About the Author(s)

Arnau van Wyngaard Email
Department of Science of Religion and Missiology, Faculty of Theology and Religion, University of Pretoria, South Africa


Van Wyngaard, A., 2018, ‘The Dutch Reformed Church Mission in Swaziland - A dream come true’, HTS Teologiese Studies/Theological Studies 74(1), a4785. https://doi.org/10.4102/hts.v74i1.4785

Research Project Registration:

Project Leader: N. Niemandtsymbol

Project Number: 04317734

Description: Dr Van Wyngaard is participating in the research project, ‘Ecodomy’, directed by Prof. Dr Nelus Niemandt, Department of Science of Religion and Missiology, Faculty of Theology, University of Pretoria.

Original Research

The Dutch Reformed Church Mission in Swaziland - A dream come true

Arnau van Wyngaard

Received: 21 Aug. 2017; Accepted: 14 Dec. 2017; Published: 27 Feb. 2018

Copyright: © 2018. The Author(s). Licensee: AOSIS.
This is an Open Access article distributed under the terms of the Creative Commons Attribution License, which permits unrestricted use, distribution, and reproduction in any medium, provided the original work is properly cited.


This article covers the time from 1652 onwards when employees of the Dutch East India Company – most of whom were members of the Reformed Church in the Netherlands – arrived at the Cape of Good Hope in present South Africa. With time, a new church, the Dutch Reformed Church, was established in the Cape. In 1836, a number of pioneers moved from the Cape to the east of South Africa and some of them eventually made Swaziland their new home. Although most members of the white Dutch Reformed Church opposed any integration with Christians from other races, there was nevertheless a desire that they should join a Reformed Church. In 1922, the first Dutch Reformed congregation in Swaziland was established in Goedgegun in the southern region of the country, intended for the exclusive use of white, Afrikaans-speaking church members. In 1944, the first Reformed congregation for Swazi members was formed, which later became known as the Swaziland Reformed Church. This article documents the history of this church and concludes with a description of the Swaziland Reformed Church in 1985, with four missionaries from South Africa ministering in the four regions of Swaziland.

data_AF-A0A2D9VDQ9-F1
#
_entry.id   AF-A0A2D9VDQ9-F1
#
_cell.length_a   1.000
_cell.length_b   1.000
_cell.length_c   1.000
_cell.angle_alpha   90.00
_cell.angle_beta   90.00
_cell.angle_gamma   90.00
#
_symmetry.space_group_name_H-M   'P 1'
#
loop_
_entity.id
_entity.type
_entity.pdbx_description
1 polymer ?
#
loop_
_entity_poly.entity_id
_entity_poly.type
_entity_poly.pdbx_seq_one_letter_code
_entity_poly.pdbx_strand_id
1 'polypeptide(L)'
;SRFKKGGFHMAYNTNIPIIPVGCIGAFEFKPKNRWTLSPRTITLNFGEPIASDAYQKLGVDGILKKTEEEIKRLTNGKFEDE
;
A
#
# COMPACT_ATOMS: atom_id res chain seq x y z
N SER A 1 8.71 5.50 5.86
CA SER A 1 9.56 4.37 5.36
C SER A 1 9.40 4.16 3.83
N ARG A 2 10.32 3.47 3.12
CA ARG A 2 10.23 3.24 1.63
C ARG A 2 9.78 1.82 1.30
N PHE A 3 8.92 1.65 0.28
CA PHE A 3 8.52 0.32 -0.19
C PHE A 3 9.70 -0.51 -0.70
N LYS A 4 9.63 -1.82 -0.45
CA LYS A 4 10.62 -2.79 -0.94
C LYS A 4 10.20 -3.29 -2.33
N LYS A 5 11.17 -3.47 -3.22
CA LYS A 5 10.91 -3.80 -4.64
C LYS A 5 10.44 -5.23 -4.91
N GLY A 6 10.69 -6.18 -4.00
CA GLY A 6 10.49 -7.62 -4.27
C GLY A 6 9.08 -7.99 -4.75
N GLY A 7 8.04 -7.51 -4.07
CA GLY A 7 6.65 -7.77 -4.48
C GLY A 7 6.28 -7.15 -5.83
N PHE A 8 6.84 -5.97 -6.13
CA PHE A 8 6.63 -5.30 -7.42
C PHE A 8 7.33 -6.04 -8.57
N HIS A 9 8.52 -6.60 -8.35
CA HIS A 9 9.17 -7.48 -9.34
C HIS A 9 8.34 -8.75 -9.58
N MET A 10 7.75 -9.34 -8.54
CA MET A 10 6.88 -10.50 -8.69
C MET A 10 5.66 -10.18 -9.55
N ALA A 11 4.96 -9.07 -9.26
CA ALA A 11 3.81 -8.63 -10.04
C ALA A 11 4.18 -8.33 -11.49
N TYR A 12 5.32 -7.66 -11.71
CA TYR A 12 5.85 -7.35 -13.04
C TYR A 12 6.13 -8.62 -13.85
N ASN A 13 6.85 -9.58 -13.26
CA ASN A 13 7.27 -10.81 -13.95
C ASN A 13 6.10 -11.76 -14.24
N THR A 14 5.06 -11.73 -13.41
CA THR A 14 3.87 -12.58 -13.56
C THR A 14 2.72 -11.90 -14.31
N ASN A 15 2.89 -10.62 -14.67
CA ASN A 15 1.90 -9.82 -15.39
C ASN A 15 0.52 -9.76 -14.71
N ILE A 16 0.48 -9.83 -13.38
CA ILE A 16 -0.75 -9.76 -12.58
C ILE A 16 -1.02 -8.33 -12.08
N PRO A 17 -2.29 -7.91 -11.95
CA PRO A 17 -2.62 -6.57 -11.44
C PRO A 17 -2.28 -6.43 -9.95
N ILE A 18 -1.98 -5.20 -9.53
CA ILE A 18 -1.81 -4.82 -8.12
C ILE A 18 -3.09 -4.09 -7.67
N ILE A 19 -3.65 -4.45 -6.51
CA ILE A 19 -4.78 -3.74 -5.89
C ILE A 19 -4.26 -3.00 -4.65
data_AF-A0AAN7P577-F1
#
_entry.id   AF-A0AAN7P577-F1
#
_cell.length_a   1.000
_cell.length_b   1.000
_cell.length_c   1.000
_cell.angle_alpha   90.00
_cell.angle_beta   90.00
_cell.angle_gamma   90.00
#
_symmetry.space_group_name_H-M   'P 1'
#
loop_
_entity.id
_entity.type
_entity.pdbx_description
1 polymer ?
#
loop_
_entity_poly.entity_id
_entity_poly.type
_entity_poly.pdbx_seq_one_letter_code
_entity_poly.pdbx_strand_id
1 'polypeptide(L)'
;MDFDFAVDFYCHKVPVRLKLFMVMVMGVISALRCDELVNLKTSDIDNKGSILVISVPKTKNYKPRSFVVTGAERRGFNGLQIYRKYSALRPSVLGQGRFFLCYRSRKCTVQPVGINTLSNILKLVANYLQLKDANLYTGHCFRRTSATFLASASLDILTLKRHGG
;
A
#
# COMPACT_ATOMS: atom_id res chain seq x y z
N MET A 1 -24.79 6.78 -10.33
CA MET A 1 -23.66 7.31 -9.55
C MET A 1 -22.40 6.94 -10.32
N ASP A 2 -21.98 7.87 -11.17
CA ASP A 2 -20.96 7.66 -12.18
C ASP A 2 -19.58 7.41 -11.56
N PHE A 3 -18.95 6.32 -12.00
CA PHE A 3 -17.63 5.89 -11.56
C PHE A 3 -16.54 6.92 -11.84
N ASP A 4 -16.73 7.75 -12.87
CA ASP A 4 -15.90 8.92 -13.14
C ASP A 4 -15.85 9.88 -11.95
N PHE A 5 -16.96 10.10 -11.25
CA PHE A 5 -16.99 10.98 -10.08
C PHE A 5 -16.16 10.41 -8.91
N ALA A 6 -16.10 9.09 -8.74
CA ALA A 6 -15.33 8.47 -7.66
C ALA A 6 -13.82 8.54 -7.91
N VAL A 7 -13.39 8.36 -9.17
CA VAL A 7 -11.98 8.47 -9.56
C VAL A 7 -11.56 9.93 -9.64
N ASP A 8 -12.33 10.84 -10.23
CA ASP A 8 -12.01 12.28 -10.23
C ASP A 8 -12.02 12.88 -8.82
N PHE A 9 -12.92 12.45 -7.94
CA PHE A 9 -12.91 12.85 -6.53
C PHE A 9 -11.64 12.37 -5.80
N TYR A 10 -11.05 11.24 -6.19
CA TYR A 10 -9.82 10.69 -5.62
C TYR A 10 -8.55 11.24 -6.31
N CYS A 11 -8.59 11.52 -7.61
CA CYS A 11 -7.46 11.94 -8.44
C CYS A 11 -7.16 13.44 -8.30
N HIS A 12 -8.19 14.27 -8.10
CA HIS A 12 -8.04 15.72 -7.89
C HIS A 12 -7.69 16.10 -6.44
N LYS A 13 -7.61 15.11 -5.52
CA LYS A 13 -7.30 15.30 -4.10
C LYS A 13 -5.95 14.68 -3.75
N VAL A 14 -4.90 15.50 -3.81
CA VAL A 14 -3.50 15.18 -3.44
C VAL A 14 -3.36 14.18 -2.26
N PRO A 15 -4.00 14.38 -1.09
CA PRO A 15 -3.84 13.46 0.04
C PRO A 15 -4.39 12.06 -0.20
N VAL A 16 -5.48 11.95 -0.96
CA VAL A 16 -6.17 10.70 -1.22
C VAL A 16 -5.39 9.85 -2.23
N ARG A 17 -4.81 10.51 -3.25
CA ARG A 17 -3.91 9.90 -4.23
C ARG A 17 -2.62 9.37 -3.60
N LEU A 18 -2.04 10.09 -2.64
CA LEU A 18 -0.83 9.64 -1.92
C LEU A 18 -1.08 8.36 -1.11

Background and methodology

The emergence and growth of the missionary church in Swaziland is well documented.1 Furthermore, the first 35–40 years of the presence of the Dutch Reformed Church in Swaziland have been described in a number of publications; unfortunately, these are inaccessible to people unable to understand the Afrikaans language. In 1982, Crafford published a book about the mission work of the Dutch Reformed Church within the boundaries of South Africa, in which a section is dedicated to the history of the Reformed Church in Swaziland.2 Also in 1982, Kritzinger published a book on Swaziland as part of his research on the unfinished missionary task in the then northern and eastern Transvaal.3 In 1987, Benade received his PhD on the history of the Dutch Reformed Church in Swaziland, which also includes a section on the missionary work of the church.